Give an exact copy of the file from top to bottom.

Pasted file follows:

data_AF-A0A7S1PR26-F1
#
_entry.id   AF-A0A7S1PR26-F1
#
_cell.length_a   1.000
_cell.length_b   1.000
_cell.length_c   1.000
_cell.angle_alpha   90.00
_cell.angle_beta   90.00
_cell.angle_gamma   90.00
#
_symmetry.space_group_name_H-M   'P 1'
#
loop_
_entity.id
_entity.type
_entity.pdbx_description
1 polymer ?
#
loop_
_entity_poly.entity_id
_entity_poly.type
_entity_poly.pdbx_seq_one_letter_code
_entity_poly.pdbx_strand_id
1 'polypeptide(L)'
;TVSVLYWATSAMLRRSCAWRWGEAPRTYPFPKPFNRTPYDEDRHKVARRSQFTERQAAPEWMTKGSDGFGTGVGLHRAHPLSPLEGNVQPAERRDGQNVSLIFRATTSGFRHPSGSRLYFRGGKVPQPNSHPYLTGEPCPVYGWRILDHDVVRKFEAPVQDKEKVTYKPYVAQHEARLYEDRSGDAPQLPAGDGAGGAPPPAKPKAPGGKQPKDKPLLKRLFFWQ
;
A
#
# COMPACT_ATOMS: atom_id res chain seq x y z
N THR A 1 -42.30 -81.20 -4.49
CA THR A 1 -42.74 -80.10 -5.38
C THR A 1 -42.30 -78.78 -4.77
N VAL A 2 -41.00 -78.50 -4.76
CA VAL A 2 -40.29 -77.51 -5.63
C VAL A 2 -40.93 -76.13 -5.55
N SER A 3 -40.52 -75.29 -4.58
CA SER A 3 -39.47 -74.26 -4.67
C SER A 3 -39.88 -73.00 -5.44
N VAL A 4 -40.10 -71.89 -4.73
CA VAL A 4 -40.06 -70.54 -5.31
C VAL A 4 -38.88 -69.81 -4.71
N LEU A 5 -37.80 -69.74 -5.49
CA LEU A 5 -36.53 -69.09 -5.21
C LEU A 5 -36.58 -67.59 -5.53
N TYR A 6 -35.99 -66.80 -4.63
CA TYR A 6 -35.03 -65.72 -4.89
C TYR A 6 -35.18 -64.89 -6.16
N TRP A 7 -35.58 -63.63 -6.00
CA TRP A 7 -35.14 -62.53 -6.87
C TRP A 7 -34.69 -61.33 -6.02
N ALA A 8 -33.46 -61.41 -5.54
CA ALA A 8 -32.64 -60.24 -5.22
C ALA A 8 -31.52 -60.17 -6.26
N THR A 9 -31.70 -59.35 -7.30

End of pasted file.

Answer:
data_AF-A0A7S1PR26-F1
#
_entry.id   AF-A0A7S1PR26-F1
#
_cell.length_a   1.000
_cell.length_b   1.000
_cell.length_c   1.000
_cell.angle_alpha   90.00
_cell.angle_beta   90.00
_cell.angle_gamma   90.00
#
_symmetry.space_group_name_H-M   'P 1'
#
loop_
_entity.id
_entity.type
_entity.pdbx_description
1 polymer ?
#
loop_
_entity_poly.entity_id
_entity_poly.type
_entity_poly.pdbx_seq_one_letter_code
_entity_poly.pdbx_strand_id
1 'polypeptide(L)'
;TVSVLYWATSAMLRRSCAWRWGEAPRTYPFPKPFNRTPYDEDRHKVARRSQFTERQAAPEWMTKGSDGFGTGVGLHRAHPLSPLEGNVQPAERRDGQNVSLIFRATTSGFRHPSGSRLYFRGGKVPQPNSHPYLTGEPCPVYGWRILDHDVVRKFEAPVQDKEKVTYKPYVAQHEARLYEDRSGDAPQLPAGDGAGGAPPPAKPKAPGGKQPKDKPLLKRLFFWQ
;
A
#
# COMPACT_ATOMS: atom_id res chain seq x y z
N THR A 1 -42.30 -81.20 -4.49
CA THR A 1 -42.74 -80.10 -5.38
C THR A 1 -42.30 -78.78 -4.77
N VAL A 2 -41.00 -78.50 -4.76
CA VAL A 2 -40.29 -77.51 -5.63
C VAL A 2 -40.93 -76.13 -5.55
N SER A 3 -40.52 -75.29 -4.58
CA SER A 3 -39.47 -74.26 -4.67
C SER A 3 -39.88 -73.00 -5.44
N VAL A 4 -40.10 -71.89 -4.73
CA VAL A 4 -40.06 -70.54 -5.31
C VAL A 4 -38.88 -69.81 -4.71
N LEU A 5 -37.80 -69.74 -5.49
CA LEU A 5 -36.53 -69.09 -5.21
C LEU A 5 -36.58 -67.59 -5.53
N TYR A 6 -35.99 -66.80 -4.63
CA TYR A 6 -35.03 -65.72 -4.89
C TYR A 6 -35.18 -64.89 -6.16
N TRP A 7 -35.58 -63.63 -6.00
CA TRP A 7 -35.14 -62.53 -6.87
C TRP A 7 -34.69 -61.33 -6.02
N ALA A 8 -33.46 -61.41 -5.54
CA ALA A 8 -32.64 -60.24 -5.22
C ALA A 8 -31.52 -60.17 -6.26
N THR A 9 -31.70 -59.35 -7.30